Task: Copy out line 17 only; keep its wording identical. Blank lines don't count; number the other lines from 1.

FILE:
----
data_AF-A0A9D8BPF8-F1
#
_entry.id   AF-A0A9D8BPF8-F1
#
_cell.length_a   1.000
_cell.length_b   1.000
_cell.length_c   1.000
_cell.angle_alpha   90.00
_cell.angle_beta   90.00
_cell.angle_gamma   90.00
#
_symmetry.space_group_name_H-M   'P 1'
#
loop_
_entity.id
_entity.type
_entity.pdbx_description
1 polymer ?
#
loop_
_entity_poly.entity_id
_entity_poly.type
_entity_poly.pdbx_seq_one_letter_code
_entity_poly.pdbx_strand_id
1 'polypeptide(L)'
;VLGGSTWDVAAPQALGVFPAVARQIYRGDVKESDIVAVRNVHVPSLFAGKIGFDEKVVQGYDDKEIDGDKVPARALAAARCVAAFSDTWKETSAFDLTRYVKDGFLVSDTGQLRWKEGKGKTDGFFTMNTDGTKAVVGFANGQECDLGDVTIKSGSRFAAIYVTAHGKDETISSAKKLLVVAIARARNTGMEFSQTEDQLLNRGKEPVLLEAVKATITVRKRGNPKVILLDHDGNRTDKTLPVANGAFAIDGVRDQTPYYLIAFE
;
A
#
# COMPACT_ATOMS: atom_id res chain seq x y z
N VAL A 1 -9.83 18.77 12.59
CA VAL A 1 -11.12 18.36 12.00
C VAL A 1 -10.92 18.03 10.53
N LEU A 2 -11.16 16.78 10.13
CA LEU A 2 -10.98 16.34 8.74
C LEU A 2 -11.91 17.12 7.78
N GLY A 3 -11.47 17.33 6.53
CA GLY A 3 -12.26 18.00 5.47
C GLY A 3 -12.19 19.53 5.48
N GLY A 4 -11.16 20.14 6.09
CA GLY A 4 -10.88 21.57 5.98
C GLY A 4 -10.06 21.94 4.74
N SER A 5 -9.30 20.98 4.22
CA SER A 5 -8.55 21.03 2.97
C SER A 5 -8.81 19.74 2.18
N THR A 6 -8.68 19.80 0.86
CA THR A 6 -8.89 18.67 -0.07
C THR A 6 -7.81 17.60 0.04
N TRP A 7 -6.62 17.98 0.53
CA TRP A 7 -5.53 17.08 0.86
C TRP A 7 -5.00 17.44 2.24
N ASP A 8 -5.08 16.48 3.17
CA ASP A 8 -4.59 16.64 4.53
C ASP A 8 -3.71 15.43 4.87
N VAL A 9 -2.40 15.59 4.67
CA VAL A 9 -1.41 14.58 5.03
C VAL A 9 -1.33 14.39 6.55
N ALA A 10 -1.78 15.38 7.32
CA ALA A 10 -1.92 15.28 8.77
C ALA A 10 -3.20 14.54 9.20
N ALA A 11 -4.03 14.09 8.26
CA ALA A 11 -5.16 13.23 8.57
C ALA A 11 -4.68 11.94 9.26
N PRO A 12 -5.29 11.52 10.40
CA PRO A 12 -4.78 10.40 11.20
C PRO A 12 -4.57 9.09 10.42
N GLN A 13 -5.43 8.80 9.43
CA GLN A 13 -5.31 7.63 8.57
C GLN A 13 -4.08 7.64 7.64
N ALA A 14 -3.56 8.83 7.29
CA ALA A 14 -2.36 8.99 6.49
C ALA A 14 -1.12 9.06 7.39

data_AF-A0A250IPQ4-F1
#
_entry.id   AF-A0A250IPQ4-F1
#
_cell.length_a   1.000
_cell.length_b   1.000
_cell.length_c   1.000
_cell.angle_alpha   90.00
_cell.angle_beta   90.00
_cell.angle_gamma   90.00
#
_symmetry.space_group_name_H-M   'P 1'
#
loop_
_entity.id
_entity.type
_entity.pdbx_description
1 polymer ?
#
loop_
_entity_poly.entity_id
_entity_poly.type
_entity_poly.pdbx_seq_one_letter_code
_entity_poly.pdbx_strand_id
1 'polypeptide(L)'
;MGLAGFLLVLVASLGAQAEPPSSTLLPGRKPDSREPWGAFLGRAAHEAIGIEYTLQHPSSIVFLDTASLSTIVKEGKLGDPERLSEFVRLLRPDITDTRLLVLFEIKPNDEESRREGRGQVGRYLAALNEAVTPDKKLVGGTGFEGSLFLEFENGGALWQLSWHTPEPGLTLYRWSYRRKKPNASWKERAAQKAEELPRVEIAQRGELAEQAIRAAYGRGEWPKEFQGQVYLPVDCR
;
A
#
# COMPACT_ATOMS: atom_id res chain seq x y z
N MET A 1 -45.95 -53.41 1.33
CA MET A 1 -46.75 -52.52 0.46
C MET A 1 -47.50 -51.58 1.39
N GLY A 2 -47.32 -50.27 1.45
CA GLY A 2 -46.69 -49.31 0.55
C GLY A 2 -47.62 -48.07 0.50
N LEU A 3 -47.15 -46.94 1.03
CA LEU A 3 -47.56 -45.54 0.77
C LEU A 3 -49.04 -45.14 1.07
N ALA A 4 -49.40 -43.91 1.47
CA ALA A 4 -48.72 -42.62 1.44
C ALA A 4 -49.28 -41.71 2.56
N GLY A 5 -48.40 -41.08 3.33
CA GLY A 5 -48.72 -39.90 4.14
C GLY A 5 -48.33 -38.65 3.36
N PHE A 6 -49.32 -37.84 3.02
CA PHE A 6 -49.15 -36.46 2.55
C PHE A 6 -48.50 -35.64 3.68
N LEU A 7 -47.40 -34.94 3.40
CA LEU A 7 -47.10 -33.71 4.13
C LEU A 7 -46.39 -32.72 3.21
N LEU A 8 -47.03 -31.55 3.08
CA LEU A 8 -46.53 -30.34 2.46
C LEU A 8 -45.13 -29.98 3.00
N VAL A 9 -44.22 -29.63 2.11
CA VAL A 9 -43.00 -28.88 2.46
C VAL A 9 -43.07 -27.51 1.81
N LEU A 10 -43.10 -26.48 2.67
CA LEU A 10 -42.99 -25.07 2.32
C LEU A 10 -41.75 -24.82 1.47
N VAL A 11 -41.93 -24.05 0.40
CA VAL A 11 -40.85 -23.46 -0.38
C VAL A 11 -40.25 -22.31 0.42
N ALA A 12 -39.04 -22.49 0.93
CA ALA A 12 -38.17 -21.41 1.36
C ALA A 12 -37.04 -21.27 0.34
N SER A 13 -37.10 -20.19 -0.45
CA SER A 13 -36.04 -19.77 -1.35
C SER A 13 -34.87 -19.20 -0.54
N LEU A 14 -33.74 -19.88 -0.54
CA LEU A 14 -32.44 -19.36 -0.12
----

_entity.pdbx_description